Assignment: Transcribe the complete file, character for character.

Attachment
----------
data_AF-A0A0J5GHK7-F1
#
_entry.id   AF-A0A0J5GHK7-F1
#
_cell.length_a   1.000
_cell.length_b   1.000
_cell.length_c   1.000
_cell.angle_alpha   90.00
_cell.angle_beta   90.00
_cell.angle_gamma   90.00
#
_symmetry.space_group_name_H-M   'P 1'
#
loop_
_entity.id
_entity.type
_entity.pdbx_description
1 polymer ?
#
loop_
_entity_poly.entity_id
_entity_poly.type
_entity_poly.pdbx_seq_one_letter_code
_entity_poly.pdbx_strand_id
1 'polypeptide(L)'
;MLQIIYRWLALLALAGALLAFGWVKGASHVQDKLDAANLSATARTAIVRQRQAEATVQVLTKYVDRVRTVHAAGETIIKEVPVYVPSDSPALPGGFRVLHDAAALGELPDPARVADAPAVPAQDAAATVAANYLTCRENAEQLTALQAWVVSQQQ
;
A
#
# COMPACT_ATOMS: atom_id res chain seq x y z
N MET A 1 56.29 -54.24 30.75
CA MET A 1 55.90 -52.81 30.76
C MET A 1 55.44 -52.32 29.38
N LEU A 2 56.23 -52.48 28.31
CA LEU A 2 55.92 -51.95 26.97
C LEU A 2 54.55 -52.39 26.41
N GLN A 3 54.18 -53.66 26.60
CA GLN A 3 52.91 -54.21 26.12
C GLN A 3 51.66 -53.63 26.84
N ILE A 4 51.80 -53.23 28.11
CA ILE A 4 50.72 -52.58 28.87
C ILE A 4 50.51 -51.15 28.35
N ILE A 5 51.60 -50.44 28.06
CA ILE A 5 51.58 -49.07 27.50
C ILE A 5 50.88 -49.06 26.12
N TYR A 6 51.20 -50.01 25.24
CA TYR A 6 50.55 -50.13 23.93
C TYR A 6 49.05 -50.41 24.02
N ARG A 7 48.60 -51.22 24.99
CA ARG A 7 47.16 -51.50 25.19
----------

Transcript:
data_AF-A0A0J5GHK7-F1
#
_entry.id   AF-A0A0J5GHK7-F1
#
_cell.length_a   1.000
_cell.length_b   1.000
_cell.length_c   1.000
_cell.angle_alpha   90.00
_cell.angle_beta   90.00
_cell.angle_gamma   90.00
#
_symmetry.space_group_name_H-M   'P 1'
#
loop_
_entity.id
_entity.type
_entity.pdbx_description
1 polymer ?
#
loop_
_entity_poly.entity_id
_entity_poly.type
_entity_poly.pdbx_seq_one_letter_code
_entity_poly.pdbx_strand_id
1 'polypeptide(L)'
;MLQIIYRWLALLALAGALLAFGWVKGASHVQDKLDAANLSATARTAIVRQRQAEATVQVLTKYVDRVRTVHAAGETIIKEVPVYVPSDSPALPGGFRVLHDAAALGELPDPARVADAPAVPAQDAAATVAANYLTCRENAEQLTALQAWVVSQQQ
;
A
#
# COMPACT_ATOMS: atom_id res chain seq x y z
N MET A 1 56.29 -54.24 30.75
CA MET A 1 55.90 -52.81 30.76
C MET A 1 55.44 -52.32 29.38
N LEU A 2 56.23 -52.48 28.31
CA LEU A 2 55.92 -51.95 26.97
C LEU A 2 54.55 -52.39 26.41
N GLN A 3 54.18 -53.66 26.60
CA GLN A 3 52.91 -54.21 26.12
C GLN A 3 51.66 -53.63 26.84
N ILE A 4 51.80 -53.23 28.11
CA ILE A 4 50.72 -52.58 28.87
C ILE A 4 50.51 -51.15 28.35
N ILE A 5 51.60 -50.44 28.06
CA ILE A 5 51.58 -49.07 27.50
C ILE A 5 50.88 -49.06 26.12
N TYR A 6 51.20 -50.01 25.24
CA TYR A 6 50.55 -50.13 23.93
C TYR A 6 49.05 -50.41 24.02
N ARG A 7 48.60 -51.22 24.99
CA ARG A 7 47.16 -51.50 25.19